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Laremy Tunsil's return revitalizes Ole Miss' offense

OXFORD, Miss. -- Saturday's much-talked about matchup between Ole Miss left tackle Laremy Tunsil and Texas A&M defensive end Myles Garrett provided the nation with both intrigue and excitement. We were about to witness two future first-round draft picks slug it out in a prime-time game, but we were also curious how Tunsil, returning from a seven-game NCAA suspension, would fare in a no doubt rusty return.

Consider Tunsil stainless steel.

The 6-foot-5, 305-pound junior returned to his ferocious form as soon as he stepped into an electric Vaught-Hemingway Stadium. Outside of one play that turned into a wild Garrett interception, Tunsil dominated the All-America candidate. He got zero real pressure on quarterback Chad Kelly and had a ghost-like performance for the better part of Saturday's 3 1/2-hour game.

All week, Tunsil had been a lightning rod for energy, anxious for his return. Coaches and players agreed that in a crucial week of practice before a season-defining game, Tunsil was a life force to feed off of and it continued against the Aggies.

His presence provided an essential emotional lift for the now-19th-ranked Rebels (6-2, 3-1 SEC), but he also was a physical force who rejuvenated and revitalized an offense that had been riddled with inconsistency. With Tunsil back at left tackle, Ole Miss was finally able to put its offensive line together with the right pieces going in the right places, starting with Fahn Cooper moving back to his home at right tackle from Tunsil's spot.

"Laremy is arguably the best tackle in America. If you play defenses like you play the other night, it is important to have him," coach Hugh Freeze said. "I think that allowing people to move them into their normal positions [along the offensive line] gets them to a more confident level as well."

The Rebels racked up 471 yards of offense, averaging 5.1 yards per play in the process. Kelly worked with a relatively clean pocket all night, as he was hurried only twice and sacked once. He would have had three touchdowns if not for a blatantly bad clop-block penalty that negated a beautiful 43-yard touchdown pass in the second quarter.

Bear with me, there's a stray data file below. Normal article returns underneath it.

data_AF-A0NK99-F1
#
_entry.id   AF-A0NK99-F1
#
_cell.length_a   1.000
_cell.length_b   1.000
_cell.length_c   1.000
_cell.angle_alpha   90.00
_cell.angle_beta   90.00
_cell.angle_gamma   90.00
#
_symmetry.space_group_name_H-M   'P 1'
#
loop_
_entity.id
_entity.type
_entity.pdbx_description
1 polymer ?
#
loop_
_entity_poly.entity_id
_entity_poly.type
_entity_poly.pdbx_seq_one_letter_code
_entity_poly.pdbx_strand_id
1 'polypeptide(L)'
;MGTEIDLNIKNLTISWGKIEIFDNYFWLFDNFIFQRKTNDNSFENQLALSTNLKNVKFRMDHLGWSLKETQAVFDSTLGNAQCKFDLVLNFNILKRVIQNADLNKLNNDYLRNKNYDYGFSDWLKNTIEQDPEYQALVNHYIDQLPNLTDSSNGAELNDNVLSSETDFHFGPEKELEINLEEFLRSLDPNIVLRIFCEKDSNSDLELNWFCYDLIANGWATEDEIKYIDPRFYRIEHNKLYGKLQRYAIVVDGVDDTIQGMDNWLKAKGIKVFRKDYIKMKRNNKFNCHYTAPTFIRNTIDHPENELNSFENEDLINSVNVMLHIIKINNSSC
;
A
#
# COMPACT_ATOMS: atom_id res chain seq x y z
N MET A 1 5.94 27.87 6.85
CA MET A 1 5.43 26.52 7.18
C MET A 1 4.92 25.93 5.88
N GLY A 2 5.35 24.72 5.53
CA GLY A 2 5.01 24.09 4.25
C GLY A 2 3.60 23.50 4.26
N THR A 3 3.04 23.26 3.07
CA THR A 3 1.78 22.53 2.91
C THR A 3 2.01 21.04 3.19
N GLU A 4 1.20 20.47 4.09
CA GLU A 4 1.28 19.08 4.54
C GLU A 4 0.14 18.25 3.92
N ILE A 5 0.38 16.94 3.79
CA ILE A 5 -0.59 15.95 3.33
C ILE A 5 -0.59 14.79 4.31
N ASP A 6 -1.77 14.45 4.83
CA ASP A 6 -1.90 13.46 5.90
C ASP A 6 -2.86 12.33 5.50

The most dramatic difference was when Ole Miss ran the ball. Tunsil's return sparked a running game that had been lousy in SEC play, averaging a mere 104 yards in three previous conference games. Against an improved Aggies defensive front, Ole Miss churned out 230 yards on a season-high 51 attempts (4.5 yards per carry).

What was even more impressive was that most of it came in the middle of the field. A team so used to swinging runs outside gutted the Aggies between the tackles behind Jaylen Walton's game-high 97 yards.

“Those dirty runs were getting positive yards," tight end Evan Engram said.

A lot of that had to do with Tunsil. Even when runs didn't go to his side, Ole Miss' line held its ground so much better because guys were in their correct spots and had a tremendous amount of comfort against a stout A&M defensive line. Cooper played arguably his best game of the season at right tackle, while the Rebels got solid guard play with a little bit of mixing and matching.

“The O-line did a tremendous job pushing the pile," Kelly said.

Going forward, the Rebels hope that Saturday's effort up front becomes the norm. With their franchise anchor of a left tack back in the saddle, that's a possibility. It's not just the physical presence Tunsil brings that automatically makes this line -- and offense -- better, it's the fact that guys can now line up where they were supposed to be all along.

Also working out in Ole Miss' favor is that it won't see a game-altering player like Garrett again during the regular season. Sure, a couple solid lines in LSU and Mississippi State loom, but Tunsil won't be tangling with anyone close to his level off the edge anymore, which should keep him that much fresher and Ole Miss' backfield that much safer.